Friday, February 3, 2017

(The Big Disrupt) Uber: lessons from #deleteuber


Uber has largely made its name fighting tooth and nail with taxi drivers and local authorities but with Uber cofounder and CEO Travis Kalanic removing himself from president Trump's strategy and policy forum, it showed that there was a relationship the San Francisco based company wasn't prepared to test: the one it has with its customers. 

Uber's popularity is why the rideshare service can scale and dominate local markets in short order before taxi drivers, local authorities and competitors can blink which has made them as the world's no. 1 rideshare service. However, despite their popularity and dominant market position, the company is no stranger to controversy.   

Kalanic's exit from the Strategic Policy forum is a serious blow to Trump's hopes of improving his relationship with Silicon Valley which so far has been frosty at best. Uber's head honcho's departure could also see other members follow suit in light of the president's controversial immigration order that prohibits immigration from a number of middle east countries which incensed many in silicon valley and across the country.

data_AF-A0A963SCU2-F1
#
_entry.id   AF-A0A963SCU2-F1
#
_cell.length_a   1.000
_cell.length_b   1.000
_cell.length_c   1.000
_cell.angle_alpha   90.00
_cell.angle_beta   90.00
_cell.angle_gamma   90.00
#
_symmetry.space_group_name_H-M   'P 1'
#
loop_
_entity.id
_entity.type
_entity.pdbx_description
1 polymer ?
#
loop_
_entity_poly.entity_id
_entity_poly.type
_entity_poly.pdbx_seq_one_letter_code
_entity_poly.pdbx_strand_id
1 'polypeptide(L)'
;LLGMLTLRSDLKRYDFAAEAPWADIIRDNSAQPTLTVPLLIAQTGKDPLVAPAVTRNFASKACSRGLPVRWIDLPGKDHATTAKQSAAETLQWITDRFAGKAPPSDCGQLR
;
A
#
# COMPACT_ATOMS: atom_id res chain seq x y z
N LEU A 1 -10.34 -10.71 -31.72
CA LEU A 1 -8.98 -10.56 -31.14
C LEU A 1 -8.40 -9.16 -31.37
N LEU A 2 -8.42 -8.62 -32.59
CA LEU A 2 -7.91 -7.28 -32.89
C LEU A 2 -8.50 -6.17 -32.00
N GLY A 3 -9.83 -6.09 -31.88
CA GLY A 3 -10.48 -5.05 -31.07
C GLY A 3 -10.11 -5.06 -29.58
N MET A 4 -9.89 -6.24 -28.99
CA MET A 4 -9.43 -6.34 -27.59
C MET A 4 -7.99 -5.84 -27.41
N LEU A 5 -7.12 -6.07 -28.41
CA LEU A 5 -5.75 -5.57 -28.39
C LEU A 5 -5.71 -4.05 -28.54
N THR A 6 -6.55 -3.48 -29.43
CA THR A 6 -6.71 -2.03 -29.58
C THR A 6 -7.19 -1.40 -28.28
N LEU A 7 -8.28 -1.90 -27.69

Uber's attempt to provide assistance to those stranded during the numerous nationwide protests sparked by Trump's order has made them persona non grata among some of their customers as they interpreted Uber's decision to still take rides during the protest as a way to weaken its potency. The fallout was immediate as thousands of Uber customers took to social media to express their disgust publicly deleting their Uber accounts and creating new ones with the company's mortal enemy, Lyft. Lyft were less than subtle to say the least in exploiting the situation as they pledged $1 million to the ACLU to "protect the constitution" and, of course, all too welcoming of the new business sent their way. 

Despite the fact that it's not exactly clear how Uber would have been able to stop its drivers from picking up passengers during the protests and are doing more than Lyft to provide assistance to those affected by Trump's order, the damage was already done. The damage done won't be easy to repair and it will take an awful lot more than Kalanick leaving the president's strategic policy forum to heal the rift. 

It can argued that Uber should have seen something like this coming this given the fact that Donald Trump is possibly the most unpopular and polarizing figure ever to become president. Why Uber would align itself  with an unpopular president who's naturally combative and likes to be the story even when the story is damaging seems beyond reason as Uber were almost certainly going to be affected by any fallout resulting from his controversial immigration polices. 

In sum, while Uber are far and away the world's no .1  rideshare service, political faux pas like this could bring the company to its knees as this week showed, they're dominant and popular but, most importantly, replaceable.  

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